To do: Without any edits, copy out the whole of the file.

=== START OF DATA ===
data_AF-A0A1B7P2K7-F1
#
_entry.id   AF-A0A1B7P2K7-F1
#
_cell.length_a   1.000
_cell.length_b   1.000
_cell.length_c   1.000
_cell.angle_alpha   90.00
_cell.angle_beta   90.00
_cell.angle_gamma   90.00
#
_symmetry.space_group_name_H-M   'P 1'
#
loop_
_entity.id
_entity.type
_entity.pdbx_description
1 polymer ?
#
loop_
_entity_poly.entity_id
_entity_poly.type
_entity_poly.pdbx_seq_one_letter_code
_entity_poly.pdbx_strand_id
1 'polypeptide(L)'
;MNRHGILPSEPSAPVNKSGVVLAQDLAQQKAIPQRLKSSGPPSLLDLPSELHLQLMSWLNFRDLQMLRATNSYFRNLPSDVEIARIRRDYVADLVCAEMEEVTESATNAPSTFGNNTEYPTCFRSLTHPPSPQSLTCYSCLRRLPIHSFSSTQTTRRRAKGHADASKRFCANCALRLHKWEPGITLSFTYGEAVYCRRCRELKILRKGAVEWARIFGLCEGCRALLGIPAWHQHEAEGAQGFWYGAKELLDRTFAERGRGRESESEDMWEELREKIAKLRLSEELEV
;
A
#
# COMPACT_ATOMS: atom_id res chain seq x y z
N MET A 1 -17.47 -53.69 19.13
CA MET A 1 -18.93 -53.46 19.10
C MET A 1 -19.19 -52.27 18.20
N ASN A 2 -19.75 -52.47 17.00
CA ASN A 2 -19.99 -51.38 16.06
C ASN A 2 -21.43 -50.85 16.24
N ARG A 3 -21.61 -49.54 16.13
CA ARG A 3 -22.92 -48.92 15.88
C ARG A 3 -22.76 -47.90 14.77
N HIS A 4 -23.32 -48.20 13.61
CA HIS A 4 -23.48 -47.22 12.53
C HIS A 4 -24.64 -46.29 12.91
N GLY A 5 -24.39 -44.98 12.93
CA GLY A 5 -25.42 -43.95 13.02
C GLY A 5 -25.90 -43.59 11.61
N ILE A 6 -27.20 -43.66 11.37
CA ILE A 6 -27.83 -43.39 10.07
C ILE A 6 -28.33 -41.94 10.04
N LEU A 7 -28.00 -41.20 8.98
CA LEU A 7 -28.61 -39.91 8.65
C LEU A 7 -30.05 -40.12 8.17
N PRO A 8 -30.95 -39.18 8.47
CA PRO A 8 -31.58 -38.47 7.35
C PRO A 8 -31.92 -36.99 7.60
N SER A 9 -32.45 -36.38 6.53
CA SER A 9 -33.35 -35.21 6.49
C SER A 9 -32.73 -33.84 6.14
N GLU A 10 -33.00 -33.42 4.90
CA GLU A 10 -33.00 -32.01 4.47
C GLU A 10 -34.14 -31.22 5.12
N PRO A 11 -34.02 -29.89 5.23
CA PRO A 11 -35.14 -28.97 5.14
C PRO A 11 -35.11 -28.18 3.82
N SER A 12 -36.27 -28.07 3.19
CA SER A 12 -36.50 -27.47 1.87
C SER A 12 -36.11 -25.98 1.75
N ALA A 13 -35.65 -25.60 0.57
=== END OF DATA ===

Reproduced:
data_AF-A0A1B7P2K7-F1
#
_entry.id   AF-A0A1B7P2K7-F1
#
_cell.length_a   1.000
_cell.length_b   1.000
_cell.length_c   1.000
_cell.angle_alpha   90.00
_cell.angle_beta   90.00
_cell.angle_gamma   90.00
#
_symmetry.space_group_name_H-M   'P 1'
#
loop_
_entity.id
_entity.type
_entity.pdbx_description
1 polymer ?
#
loop_
_entity_poly.entity_id
_entity_poly.type
_entity_poly.pdbx_seq_one_letter_code
_entity_poly.pdbx_strand_id
1 'polypeptide(L)'
;MNRHGILPSEPSAPVNKSGVVLAQDLAQQKAIPQRLKSSGPPSLLDLPSELHLQLMSWLNFRDLQMLRATNSYFRNLPSDVEIARIRRDYVADLVCAEMEEVTESATNAPSTFGNNTEYPTCFRSLTHPPSPQSLTCYSCLRRLPIHSFSSTQTTRRRAKGHADASKRFCANCALRLHKWEPGITLSFTYGEAVYCRRCRELKILRKGAVEWARIFGLCEGCRALLGIPAWHQHEAEGAQGFWYGAKELLDRTFAERGRGRESESEDMWEELREKIAKLRLSEELEV
;
A
#
# COMPACT_ATOMS: atom_id res chain seq x y z
N MET A 1 -17.47 -53.69 19.13
CA MET A 1 -18.93 -53.46 19.10
C MET A 1 -19.19 -52.27 18.20
N ASN A 2 -19.75 -52.47 17.00
CA ASN A 2 -19.99 -51.38 16.06
C ASN A 2 -21.43 -50.85 16.24
N ARG A 3 -21.61 -49.54 16.13
CA ARG A 3 -22.92 -48.92 15.88
C ARG A 3 -22.76 -47.90 14.77
N HIS A 4 -23.32 -48.20 13.61
CA HIS A 4 -23.48 -47.22 12.53
C HIS A 4 -24.64 -46.29 12.91
N GLY A 5 -24.39 -44.98 12.93
CA GLY A 5 -25.42 -43.95 13.02
C GLY A 5 -25.90 -43.59 11.61
N ILE A 6 -27.20 -43.66 11.37
CA ILE A 6 -27.83 -43.39 10.07
C ILE A 6 -28.33 -41.94 10.04
N LEU A 7 -28.00 -41.20 8.98
CA LEU A 7 -28.61 -39.91 8.65
C LEU A 7 -30.05 -40.12 8.17
N PRO A 8 -30.95 -39.18 8.47
CA PRO A 8 -31.58 -38.47 7.35
C PRO A 8 -31.92 -36.99 7.60
N SER A 9 -32.45 -36.38 6.53
CA SER A 9 -33.35 -35.21 6.49
C SER A 9 -32.73 -33.84 6.14
N GLU A 10 -33.00 -33.42 4.90
CA GLU A 10 -33.00 -32.01 4.47
C GLU A 10 -34.14 -31.22 5.12
N PRO A 11 -34.02 -29.89 5.23
CA PRO A 11 -35.14 -28.97 5.14
C PRO A 11 -35.11 -28.18 3.82
N SER A 12 -36.27 -28.07 3.19
CA SER A 12 -36.50 -27.47 1.87
C SER A 12 -36.11 -25.98 1.75
N ALA A 13 -35.65 -25.60 0.57